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Clin Gastroenterol Hepatol. 2010 Dec;8(12):1062-9. doi: 10.1016/j.cgh.2010.08.005. Epub 2010 Aug 20.

Regional anthropometric measures and hepatic fibrosis in patients with nonalcoholic Fatty liver disease.

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  • 1Duke University, Durham, North Carolina, USA. suzuk004@mc.duke.edu

Abstract

BACKGROUND & AIMS:

In overnourished individuals, impaired peripheral fat storage (ie, reduced fat mass in extremities) can increase delivery of surplus calories to the organs other than peripheral adipose tissues, including the liver (ie, lipid overload), and facilitate disease progression in patients with nonalcoholic fatty liver disease (NAFLD). We investigated whether peripheral and/or abdominal adipose depot size correlates with stage of hepatic fibrosis in patients with NAFLD in sex- and/or menopausal stage-specific manners.

METHODS:

We performed a cross-sectional analysis of 537 adult patients with NAFLD. Peripheral adipose depot size was defined as the sum of z-scores of 2 anthropometric parameters (middle upper arm circumference and hip circumference, relative to total body size) and expressed as extremity size. Abdominal adipose depot size was defined as waist circumference. Peripheral and abdominal adipose depot sizes were associated with fibrosis stage(s) (F0-F4) using multivariable analyses separately for men and pre- and post-menopausal women.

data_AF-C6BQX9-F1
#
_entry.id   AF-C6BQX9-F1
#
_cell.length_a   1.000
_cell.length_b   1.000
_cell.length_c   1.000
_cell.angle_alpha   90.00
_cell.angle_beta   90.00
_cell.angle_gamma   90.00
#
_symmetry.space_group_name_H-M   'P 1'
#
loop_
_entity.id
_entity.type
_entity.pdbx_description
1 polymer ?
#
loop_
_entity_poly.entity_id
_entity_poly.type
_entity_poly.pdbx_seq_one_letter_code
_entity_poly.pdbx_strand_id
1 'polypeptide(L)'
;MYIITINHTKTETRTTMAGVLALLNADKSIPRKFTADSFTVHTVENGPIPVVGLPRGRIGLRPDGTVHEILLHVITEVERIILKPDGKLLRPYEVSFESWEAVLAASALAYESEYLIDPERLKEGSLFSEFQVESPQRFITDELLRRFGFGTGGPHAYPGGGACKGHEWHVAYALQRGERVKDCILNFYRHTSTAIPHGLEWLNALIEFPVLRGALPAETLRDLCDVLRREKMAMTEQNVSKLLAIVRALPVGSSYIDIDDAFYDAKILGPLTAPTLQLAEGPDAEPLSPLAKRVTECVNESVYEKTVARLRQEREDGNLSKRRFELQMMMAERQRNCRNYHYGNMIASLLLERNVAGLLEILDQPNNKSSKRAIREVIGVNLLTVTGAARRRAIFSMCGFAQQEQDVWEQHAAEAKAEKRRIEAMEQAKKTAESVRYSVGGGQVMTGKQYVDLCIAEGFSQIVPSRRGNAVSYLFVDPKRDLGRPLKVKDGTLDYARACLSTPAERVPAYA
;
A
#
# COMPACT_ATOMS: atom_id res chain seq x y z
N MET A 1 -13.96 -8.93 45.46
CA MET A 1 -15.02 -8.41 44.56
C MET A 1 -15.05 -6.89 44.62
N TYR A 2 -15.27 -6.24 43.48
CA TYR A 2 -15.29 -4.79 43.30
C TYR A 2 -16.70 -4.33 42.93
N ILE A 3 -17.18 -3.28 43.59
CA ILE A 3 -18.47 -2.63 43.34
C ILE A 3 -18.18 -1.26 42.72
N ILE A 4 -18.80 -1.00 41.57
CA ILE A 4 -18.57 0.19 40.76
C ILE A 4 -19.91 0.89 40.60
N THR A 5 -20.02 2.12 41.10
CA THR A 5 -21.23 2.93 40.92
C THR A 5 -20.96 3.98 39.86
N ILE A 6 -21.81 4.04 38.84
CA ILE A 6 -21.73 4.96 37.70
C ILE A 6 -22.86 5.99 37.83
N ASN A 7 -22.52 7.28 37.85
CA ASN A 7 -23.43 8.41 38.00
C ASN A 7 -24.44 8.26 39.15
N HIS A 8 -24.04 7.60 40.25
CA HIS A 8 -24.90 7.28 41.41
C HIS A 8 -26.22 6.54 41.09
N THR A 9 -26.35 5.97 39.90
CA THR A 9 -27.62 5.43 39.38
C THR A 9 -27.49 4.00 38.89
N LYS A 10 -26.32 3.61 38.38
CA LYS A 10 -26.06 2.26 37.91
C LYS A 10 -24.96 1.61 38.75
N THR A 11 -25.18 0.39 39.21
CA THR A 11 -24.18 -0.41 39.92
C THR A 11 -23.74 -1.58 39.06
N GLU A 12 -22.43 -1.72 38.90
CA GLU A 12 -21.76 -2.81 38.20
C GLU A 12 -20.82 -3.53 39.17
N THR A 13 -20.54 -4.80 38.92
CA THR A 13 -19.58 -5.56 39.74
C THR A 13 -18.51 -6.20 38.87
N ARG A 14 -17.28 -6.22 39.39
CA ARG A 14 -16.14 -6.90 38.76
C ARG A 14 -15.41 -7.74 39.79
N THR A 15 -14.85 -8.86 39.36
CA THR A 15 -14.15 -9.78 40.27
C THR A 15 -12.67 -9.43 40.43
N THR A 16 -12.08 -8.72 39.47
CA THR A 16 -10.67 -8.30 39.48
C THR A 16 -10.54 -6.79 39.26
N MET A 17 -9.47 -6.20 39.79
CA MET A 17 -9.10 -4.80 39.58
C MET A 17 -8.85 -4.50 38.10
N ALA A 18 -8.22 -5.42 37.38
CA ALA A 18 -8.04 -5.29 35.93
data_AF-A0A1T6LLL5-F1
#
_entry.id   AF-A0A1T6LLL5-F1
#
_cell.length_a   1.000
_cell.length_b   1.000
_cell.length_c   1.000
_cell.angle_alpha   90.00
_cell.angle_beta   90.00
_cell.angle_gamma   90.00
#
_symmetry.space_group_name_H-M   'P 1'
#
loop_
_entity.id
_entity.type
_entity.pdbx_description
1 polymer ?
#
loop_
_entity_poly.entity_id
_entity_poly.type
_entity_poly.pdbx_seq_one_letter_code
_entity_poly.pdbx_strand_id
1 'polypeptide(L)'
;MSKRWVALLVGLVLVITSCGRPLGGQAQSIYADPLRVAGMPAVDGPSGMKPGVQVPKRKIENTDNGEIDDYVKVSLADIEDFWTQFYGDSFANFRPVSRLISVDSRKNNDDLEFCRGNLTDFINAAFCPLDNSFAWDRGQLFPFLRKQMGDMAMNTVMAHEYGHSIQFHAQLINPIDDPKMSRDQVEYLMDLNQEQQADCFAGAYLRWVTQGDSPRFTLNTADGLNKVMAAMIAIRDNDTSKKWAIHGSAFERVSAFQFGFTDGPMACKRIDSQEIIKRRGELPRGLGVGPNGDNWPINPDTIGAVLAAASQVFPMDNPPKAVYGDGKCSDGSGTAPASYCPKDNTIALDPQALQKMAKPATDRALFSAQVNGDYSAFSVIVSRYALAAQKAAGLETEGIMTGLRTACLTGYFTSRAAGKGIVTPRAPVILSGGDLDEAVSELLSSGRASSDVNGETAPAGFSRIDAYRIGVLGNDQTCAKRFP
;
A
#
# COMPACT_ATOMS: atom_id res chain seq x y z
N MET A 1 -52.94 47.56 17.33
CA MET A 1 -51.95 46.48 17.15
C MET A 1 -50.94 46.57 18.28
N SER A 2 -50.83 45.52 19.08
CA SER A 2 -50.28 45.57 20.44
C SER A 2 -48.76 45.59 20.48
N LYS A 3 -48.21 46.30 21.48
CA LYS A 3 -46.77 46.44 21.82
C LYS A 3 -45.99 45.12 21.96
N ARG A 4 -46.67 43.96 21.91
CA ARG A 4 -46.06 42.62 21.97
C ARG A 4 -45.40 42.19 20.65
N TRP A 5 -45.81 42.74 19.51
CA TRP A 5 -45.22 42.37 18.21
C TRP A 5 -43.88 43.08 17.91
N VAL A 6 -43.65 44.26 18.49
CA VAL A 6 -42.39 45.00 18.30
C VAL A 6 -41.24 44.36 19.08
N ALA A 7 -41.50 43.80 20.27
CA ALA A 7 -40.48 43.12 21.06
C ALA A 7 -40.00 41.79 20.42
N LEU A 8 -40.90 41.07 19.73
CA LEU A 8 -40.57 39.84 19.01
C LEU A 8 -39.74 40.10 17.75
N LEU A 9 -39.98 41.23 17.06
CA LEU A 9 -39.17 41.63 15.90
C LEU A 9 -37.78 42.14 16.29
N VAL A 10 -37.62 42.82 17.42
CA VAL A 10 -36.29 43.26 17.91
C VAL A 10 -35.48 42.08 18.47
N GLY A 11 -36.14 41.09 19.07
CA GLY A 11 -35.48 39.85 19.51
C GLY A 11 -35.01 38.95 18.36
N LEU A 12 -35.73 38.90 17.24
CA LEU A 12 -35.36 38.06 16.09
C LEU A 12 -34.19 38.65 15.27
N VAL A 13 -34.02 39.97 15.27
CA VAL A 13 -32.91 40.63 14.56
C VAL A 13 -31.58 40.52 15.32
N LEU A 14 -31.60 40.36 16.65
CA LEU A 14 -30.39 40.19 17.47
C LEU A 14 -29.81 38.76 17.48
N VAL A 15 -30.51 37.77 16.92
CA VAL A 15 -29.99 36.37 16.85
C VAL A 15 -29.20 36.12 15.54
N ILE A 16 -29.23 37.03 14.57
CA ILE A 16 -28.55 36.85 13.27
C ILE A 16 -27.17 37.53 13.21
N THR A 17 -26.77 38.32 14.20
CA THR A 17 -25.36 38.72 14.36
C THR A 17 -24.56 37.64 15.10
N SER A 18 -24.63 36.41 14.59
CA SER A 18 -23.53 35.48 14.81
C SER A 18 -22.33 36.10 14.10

RESULTS:

After adjusting for caloric intake and energy expenditure during physical activity (MET; hours/week), peripheral and/or abdominal adipose depot sizes were differentially associated with fibrosis stages in men and pre- and post-menopausal women. Men with smaller extremity size, premenopausal women with larger extremity size, and postmenopausal women with larger abdominal size were more likely to have higher stages of fibrosis.

CONCLUSIONS:

In patients with NAFLD, regional anthropometric measures are associated with fibrosis severity in a sex- and menopausal stage-specific manner. Unlike premenopausal women, men with NAFLD who have small peripheral adipose depots are at an increased risk of having advanced fibrosis.

Copyright © 2010 AGA Institute. Published by Elsevier Inc. All rights reserved.

PMID:
20728571
[PubMed - indexed for MEDLINE]
PMCID:
PMC3089422
Free PMC Article
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